Aureole etc.




Golden Age singers

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Faure songs
Charlotte de Rothschild (soprano);

  Founder: Len Mullenger
Classical Editor: Rob Barnett

Joachim RAFF (1822-1882)
Fantasie-Sonata in D minor Op. 168 (1872) [17.07]
Trois morceaux Op. 2 (1877) [12.42]
Grand Sonata in E flat minor Op. 14 2nd version (1880) [31.39]
Valentina Seferinova (piano
rec July 2002, Winterbrook Studios, London
CAHOOTS CAH 001 [61.50]
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Raff probably benefited from his own innate sense of single-mindedness as a composer and as a result managed during his life to steer a middle path through the Brahms or Wagner camps. More than half his 216 published works were written for piano, while some of the symphonies (Im Walde and Lenore in particular) are well worth an airing and appear on more adventurous CD labels if not yet in concert programmes. This enterprising CD by the Bulgarian pianist Valentina Seferinova, now UK based, provides an interesting insight into some of the piano pieces. Because Raffís career dipped somewhat in the middle of his life in terms of his relationship with his publisher Breitkopf und Härtel, he revisited some of his early works towards the end of his life and reworked them; hence the date of 1877 against his Op.2 which actually appeared first in 1842. His first 46 works were piano pieces written between 1842 and 1849. During this time he received Mendelssohnís invaluable endorsement to give him an entrée to the publishers. The three pieces Op.2 consist of a charming Romance framed by a ruminative Elégie and a Chopin-like Waltz. Likewise the Grand Sonata in E flat minor is the second version of a far earlier work belying the fact that it was his last piece for the piano, written when he was Director of the Frankfurt Music Conservatoire. Both works are recorded here for the first time. The Fantasie-Sonata in D minor was dedicated to Saint-Saëns in 1872 (perhaps a peace offering after the recently concluded Franco-Prussian war) and is a through-composed work despite its division into movements. Despite some unhelpful dryness in the recording studio, Valentina Seferinova makes a strong case for this largely forgotten repertoire, plays it with stylish finesse and clearly enjoys the music. The Larghetto of the Grand Sonata made a strong impression, beautifully paced and sensitively breathed in its subtle shapes, while the fugal Finale has impeccable clarity. Never a dull moment, one hopes that she and other pianists will delve further into this composerís music if this sample is anything to go by.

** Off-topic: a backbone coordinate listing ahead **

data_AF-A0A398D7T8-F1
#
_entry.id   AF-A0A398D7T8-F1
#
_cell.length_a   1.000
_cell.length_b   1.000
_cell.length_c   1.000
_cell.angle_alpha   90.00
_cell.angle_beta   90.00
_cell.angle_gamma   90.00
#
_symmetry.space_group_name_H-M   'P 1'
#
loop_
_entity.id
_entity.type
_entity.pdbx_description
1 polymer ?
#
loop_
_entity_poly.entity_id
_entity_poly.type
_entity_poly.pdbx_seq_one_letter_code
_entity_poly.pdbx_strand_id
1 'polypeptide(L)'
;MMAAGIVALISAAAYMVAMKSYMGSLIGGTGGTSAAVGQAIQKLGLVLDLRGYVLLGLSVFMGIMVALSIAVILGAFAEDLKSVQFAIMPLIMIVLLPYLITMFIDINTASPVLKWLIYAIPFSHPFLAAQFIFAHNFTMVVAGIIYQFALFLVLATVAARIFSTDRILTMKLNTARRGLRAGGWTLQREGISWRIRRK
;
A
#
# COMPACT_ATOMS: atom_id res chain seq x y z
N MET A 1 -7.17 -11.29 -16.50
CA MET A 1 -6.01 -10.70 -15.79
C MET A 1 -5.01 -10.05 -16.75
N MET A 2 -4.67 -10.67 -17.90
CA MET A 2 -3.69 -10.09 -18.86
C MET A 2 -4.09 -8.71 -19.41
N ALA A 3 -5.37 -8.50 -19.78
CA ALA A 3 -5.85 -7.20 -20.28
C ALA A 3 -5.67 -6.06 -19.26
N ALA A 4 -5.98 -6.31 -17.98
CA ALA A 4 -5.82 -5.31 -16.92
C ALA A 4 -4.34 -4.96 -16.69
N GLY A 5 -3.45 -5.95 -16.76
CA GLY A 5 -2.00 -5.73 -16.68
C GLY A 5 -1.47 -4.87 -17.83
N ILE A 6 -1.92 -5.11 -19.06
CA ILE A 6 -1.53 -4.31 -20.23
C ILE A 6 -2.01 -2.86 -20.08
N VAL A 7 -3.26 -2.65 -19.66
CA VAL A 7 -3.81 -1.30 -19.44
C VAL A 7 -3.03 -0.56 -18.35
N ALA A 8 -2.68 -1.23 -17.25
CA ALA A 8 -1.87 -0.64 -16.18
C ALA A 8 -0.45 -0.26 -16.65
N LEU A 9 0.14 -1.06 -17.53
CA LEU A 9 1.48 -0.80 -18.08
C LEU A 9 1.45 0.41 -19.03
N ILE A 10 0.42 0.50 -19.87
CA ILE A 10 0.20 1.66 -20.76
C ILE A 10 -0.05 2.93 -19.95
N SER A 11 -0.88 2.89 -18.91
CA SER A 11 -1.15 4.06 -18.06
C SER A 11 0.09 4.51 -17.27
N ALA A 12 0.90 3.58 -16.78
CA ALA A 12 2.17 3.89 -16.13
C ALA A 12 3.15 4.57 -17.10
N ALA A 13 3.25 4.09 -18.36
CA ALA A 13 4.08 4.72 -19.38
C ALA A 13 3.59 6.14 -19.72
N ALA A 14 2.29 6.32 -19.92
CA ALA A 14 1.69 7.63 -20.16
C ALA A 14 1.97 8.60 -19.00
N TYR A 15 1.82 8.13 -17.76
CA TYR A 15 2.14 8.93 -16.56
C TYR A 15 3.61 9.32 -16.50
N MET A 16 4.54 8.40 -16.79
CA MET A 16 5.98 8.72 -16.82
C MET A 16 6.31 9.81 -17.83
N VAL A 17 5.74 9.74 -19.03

Christopher Fifield


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